Ancient Humans May Have Survived Supervolcano Eruption Nearly 74,000 Years Ago

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Description

About 74,000 years ago, a volcanic eruption rocked in Indonesia. For a long time, experts thought that the ash from the eruption of Mount Toba threw the Earth into a “volcanic winter” that threatened the survival of the human species. Researchers estimate
that the blast was about 5,000 times larger than Mount St. Helen’s in the 1980s. It might sound apocalyptic, but new evidence found in north central India, which would have been coated in Toba’s ash, suggests that the volcano’s effects have been overstated—and ancient hominids were resilient enough to adapt and survive.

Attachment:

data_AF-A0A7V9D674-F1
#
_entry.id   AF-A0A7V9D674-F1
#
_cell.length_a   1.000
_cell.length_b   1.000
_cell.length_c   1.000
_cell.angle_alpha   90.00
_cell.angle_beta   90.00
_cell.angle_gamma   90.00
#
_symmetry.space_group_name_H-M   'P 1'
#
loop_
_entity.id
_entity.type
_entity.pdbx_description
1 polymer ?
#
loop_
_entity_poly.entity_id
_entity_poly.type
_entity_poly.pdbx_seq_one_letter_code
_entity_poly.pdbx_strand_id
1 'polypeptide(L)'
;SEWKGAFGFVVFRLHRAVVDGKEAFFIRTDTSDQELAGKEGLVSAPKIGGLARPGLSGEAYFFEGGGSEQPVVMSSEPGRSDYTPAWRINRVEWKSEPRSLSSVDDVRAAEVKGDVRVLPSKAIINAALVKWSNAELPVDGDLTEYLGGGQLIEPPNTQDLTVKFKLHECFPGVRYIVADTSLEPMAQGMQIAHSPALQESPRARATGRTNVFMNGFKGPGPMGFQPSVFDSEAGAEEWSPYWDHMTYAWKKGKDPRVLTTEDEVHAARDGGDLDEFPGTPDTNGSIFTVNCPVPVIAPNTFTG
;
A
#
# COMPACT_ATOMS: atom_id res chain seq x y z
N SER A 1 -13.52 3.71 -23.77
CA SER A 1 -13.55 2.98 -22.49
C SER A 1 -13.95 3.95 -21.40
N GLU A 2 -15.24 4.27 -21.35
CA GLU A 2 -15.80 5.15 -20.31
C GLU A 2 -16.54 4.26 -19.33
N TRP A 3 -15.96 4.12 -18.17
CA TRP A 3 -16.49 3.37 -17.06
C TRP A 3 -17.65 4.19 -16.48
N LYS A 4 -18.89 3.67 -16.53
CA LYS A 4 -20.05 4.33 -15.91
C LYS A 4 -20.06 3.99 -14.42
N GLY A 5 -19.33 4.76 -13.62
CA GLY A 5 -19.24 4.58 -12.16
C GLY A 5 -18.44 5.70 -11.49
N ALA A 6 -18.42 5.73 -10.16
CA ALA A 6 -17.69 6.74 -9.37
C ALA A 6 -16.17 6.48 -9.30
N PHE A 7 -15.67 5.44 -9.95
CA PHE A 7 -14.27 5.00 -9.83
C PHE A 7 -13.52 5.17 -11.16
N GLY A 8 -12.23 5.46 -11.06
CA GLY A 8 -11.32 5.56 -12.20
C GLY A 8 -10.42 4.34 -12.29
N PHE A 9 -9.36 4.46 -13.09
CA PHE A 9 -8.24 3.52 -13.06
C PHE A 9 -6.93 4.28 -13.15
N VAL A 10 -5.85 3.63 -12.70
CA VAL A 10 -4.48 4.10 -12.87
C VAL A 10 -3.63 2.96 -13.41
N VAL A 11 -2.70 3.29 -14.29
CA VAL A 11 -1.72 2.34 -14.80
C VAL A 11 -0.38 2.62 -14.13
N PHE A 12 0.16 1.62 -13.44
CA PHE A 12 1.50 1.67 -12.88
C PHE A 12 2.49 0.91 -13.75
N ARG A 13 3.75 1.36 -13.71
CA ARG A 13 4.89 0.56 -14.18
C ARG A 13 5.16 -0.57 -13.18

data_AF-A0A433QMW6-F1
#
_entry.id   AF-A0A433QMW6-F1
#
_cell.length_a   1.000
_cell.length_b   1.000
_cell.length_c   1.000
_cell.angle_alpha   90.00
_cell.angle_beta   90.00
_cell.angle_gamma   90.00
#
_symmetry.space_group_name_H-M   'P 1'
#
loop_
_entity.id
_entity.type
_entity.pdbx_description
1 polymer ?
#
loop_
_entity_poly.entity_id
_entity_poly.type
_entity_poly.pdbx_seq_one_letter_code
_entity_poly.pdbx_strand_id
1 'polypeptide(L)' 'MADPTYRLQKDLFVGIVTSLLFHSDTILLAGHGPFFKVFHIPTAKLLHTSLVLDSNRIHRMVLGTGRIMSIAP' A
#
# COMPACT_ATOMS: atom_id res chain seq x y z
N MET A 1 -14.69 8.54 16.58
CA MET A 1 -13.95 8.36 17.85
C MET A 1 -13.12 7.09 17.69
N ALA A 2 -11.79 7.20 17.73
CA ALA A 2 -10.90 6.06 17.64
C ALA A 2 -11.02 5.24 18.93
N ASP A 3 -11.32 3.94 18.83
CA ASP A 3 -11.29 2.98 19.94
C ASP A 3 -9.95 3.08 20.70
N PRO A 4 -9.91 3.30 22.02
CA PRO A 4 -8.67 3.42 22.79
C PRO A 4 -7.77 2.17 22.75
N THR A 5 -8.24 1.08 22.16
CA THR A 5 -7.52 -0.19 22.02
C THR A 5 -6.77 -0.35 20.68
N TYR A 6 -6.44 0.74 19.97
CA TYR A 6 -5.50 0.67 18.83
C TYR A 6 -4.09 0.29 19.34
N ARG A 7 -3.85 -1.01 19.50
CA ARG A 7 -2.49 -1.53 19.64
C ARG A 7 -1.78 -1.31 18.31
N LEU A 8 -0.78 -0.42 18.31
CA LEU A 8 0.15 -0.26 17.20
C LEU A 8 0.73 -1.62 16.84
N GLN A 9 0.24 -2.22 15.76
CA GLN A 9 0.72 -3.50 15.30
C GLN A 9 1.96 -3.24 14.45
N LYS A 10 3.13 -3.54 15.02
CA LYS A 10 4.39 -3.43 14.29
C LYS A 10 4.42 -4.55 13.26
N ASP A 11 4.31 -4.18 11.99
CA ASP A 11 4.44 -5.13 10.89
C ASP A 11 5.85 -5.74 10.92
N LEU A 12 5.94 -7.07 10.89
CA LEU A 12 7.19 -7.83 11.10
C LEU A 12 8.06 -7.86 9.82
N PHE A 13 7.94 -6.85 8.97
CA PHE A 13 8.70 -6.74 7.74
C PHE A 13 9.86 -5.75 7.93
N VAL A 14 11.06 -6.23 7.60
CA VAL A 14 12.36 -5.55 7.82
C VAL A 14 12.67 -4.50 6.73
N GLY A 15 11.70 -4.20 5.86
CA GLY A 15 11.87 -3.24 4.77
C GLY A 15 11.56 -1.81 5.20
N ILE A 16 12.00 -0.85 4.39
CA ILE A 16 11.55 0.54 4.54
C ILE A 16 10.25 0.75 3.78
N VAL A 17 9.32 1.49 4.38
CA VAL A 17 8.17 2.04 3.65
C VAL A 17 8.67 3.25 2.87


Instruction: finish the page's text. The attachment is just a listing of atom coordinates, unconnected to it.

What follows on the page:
Period29 Feb 2020

Media contributions

1

Media contributions

  • TitleAncient Humans May Have Survived Supervolcano Eruption Nearly 74,000 Years Ago
    Degree of recognitionInternational
    Media name/outletSmithsonian Magazine
    Media typeWeb
    CountryUnited States
    Date29/02/20
    DescriptionAbout 74,000 years ago, a volcanic eruption rocked in Indonesia. For a long time, experts thought that the ash from the eruption of Mount Toba threw the Earth into a “volcanic winter” that threatened the survival of the human species. Researchers estimate that the blast was about 5,000 times larger than Mount St. Helen’s in the 1980s. It might sound apocalyptic, but new evidence found in north central India, which would have been coated in Toba’s ash, suggests that the volcano’s effects have been overstated—and ancient hominids were resilient enough to adapt and survive.
    Producer/AuthorTheresa Machemer
    URLhttps://www.smithsonianmag.com/smart-news/new-evidence-shows-super-volcano-eruption-was-survivable-180974298/
    PersonsKira Westaway